The LFO: Good low frequency oscillator to create and sell the proper stutter effect. All of the needed controls are here. You have three types of LFOs at your disposal: Sine, Square and Triangle, all of which do a good job of shaping the sound.
The filter: You have several filters at your disposal (lowpass, highpass, bandpass, notch and few other types) and all shape the sound fairly well. One thing that bugged me was the way you control the EQ of a filter. I am not sure whether this is a bug or just me not having a clue on how to control this thing but shaping the curve in the EQ seems a bit off as it does not respond to mouse movement for some reason (at least not in my case) though you can control it via added controls.
The Reverb: Reverb is placed in the master bus section and does a good job of adding some presence to your sound.
The Limiter: does what it’s supposed to do and have all of the needed controls (input gain, threshold and output gain). Output gain is better left alone as it will clip almost instantly even with a slight change.
The user interface is fairly clean and it looks rather good. In the centre you will find your samplers and above those you will find an activation button (the one that starts the engine). On the right side you will have control over the movement of the sound and above that an “automatic” and “manual” mode of playing the sound. The left side of the screen is filled with the previously mentioned “Prewarper” effects and a limiter. At the very bottom you will find the filter settings.
The main problem I find with Wave Warper is that it does not work as a VST so you can only use it as a standalone app. I have also noticed a couple of bugs regarding the saving and or exporting the sound. In my case when I recorded some of the whooshes they landed in a different folder. Now, that could be the fact that I had set something wrong but whenever I’ve clicked “save as” the saved file always landed in WaveWarper folder under some different name which, you might rightly assume, can be a bit of a pain. I have had the same issue with Galactic assistant.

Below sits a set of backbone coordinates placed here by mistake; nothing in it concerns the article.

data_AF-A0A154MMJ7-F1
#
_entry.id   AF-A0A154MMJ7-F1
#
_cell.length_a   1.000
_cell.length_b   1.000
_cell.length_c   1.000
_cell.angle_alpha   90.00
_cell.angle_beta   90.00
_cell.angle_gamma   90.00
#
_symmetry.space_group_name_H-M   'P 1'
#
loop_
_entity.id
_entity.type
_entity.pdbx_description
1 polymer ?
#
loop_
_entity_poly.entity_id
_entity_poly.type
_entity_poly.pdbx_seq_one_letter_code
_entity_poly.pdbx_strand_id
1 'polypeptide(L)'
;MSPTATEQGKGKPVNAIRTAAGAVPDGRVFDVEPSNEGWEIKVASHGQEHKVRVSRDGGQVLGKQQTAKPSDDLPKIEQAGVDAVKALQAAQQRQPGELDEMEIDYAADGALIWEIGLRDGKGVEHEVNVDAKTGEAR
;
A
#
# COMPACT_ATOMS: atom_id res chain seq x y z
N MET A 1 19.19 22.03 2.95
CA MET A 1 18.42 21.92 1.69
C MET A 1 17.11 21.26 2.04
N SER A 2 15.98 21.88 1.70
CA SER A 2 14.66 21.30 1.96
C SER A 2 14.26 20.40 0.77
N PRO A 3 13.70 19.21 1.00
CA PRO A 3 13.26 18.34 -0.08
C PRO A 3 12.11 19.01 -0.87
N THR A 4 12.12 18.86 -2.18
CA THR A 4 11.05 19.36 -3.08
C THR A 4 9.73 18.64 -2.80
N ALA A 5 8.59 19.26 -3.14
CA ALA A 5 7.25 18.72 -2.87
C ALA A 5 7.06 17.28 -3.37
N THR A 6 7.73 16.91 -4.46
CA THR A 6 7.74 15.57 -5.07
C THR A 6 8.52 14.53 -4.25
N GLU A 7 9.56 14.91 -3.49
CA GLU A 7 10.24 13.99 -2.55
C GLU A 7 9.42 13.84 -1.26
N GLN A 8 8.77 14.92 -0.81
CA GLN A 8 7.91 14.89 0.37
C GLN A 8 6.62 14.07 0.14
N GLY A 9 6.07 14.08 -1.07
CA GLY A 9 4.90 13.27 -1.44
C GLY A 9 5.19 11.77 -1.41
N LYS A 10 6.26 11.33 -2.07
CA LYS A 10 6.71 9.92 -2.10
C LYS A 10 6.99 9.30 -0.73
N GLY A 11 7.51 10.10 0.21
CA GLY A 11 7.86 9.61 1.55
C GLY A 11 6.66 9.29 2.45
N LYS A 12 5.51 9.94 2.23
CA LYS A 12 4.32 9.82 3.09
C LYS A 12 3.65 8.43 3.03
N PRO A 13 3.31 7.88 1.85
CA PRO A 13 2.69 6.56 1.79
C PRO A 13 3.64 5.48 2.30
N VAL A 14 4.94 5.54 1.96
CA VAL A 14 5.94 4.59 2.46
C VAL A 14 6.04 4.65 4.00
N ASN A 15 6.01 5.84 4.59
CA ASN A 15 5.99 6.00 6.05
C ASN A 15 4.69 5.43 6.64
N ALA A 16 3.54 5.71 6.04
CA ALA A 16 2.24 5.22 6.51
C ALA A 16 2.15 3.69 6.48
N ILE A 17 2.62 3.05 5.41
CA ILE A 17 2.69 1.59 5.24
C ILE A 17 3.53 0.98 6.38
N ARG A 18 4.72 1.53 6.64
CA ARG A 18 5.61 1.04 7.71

Another issue I find is with its plugin folder which runs based on whether you have 32 or 64 bit system installed on your computer (you can choose which version of Wave Warper to run though). You can specify the VSTPlugins location but there is no bridge to connect both 32 or 64 bit plugins (which I think is the limitation of Max) so you will have to run two separate instances of Wave Warper if you want to use 32 or 64 bit plugins.
WaveWarper vs Whoosh
In general Wave Warper is a cheaper solution (price $69) if you don’t have Native Instruments Reaktor (“Whoosh” doesn’t work with Reaktor Player). However if you do own a Reaktor, Whoosh might be your choice (if you are looking for a tool that creates whooshes only) simply because it offers more for the price ($79).
At first I thought that both applications are fairly similar but I think I was wrong. They do the same thing in a nutshell but the way they do it is completely different which enables both to have a slight edge over another. “Whoosh” mainly helps you create whooshes and pass bys and it can also be used as an impact generator while “Wave Warper” can also be used as a sound manipulation tool. In terms of which is better at creating whoosh effects I would say that “Whoosh” takes the crown because I find it to have a better organized GUI (having additional effects is a bonus) and have a better sound output but in terms of price vs value I would say “Wave Warper” beats “Whoosh” if you do not own Reaktor ($399). The “Whoosh” has a more natural sound output than WaveWarper which I find to have more futuristic type output and that is not necessarily what you are always looking for.
I will leave the choice up to you to decide on which one to purchase.
I find “Wave Warper” to be a great sound manipulation tool and not so great Doppler engine simply because I had more fun creating other type of sound effects with it. Of course whooshes depend on the quality of the samples you are using but I always got that futuristic sound out of Wave Warper (almost no matter what type of sound I used) which necessarily isn’t such a bad thing if that is what you are looking for.